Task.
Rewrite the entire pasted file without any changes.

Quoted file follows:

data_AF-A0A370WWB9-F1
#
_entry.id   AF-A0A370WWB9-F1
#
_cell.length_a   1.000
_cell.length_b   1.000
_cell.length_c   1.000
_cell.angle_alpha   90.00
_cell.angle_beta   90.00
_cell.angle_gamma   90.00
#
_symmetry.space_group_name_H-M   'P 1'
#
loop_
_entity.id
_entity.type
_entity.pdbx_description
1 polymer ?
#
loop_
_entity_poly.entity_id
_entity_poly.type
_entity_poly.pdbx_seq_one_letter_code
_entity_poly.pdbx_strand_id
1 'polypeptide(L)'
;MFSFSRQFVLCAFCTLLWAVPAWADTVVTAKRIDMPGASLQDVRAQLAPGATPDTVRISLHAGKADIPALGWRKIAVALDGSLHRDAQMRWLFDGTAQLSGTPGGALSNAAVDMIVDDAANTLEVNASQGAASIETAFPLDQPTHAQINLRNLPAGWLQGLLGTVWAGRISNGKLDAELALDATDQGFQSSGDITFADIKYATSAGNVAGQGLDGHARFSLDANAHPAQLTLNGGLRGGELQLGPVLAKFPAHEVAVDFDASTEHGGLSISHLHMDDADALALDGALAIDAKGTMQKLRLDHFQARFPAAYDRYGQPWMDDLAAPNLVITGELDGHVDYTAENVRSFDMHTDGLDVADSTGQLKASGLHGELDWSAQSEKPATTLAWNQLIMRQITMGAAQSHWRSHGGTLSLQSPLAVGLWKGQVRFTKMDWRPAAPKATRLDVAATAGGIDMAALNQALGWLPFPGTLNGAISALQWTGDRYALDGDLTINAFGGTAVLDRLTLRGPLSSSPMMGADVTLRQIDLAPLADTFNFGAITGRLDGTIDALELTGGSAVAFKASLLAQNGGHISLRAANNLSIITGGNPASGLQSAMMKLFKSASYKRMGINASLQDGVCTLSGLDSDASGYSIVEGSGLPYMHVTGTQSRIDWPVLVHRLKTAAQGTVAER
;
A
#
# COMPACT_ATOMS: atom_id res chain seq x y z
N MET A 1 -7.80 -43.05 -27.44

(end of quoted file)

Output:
data_AF-A0A370WWB9-F1
#
_entry.id   AF-A0A370WWB9-F1
#
_cell.length_a   1.000
_cell.length_b   1.000
_cell.length_c   1.000
_cell.angle_alpha   90.00
_cell.angle_beta   90.00
_cell.angle_gamma   90.00
#
_symmetry.space_group_name_H-M   'P 1'
#
loop_
_entity.id
_entity.type
_entity.pdbx_description
1 polymer ?
#
loop_
_entity_poly.entity_id
_entity_poly.type
_entity_poly.pdbx_seq_one_letter_code
_entity_poly.pdbx_strand_id
1 'polypeptide(L)'
;MFSFSRQFVLCAFCTLLWAVPAWADTVVTAKRIDMPGASLQDVRAQLAPGATPDTVRISLHAGKADIPALGWRKIAVALDGSLHRDAQMRWLFDGTAQLSGTPGGALSNAAVDMIVDDAANTLEVNASQGAASIETAFPLDQPTHAQINLRNLPAGWLQGLLGTVWAGRISNGKLDAELALDATDQGFQSSGDITFADIKYATSAGNVAGQGLDGHARFSLDANAHPAQLTLNGGLRGGELQLGPVLAKFPAHEVAVDFDASTEHGGLSISHLHMDDADALALDGALAIDAKGTMQKLRLDHFQARFPAAYDRYGQPWMDDLAAPNLVITGELDGHVDYTAENVRSFDMHTDGLDVADSTGQLKASGLHGELDWSAQSEKPATTLAWNQLIMRQITMGAAQSHWRSHGGTLSLQSPLAVGLWKGQVRFTKMDWRPAAPKATRLDVAATAGGIDMAALNQALGWLPFPGTLNGAISALQWTGDRYALDGDLTINAFGGTAVLDRLTLRGPLSSSPMMGADVTLRQIDLAPLADTFNFGAITGRLDGTIDALELTGGSAVAFKASLLAQNGGHISLRAANNLSIITGGNPASGLQSAMMKLFKSASYKRMGINASLQDGVCTLSGLDSDASGYSIVEGSGLPYMHVTGTQSRIDWPVLVHRLKTAAQGTVAER
;
A
#
# COMPACT_ATOMS: atom_id res chain seq x y z
N MET A 1 -7.80 -43.05 -27.44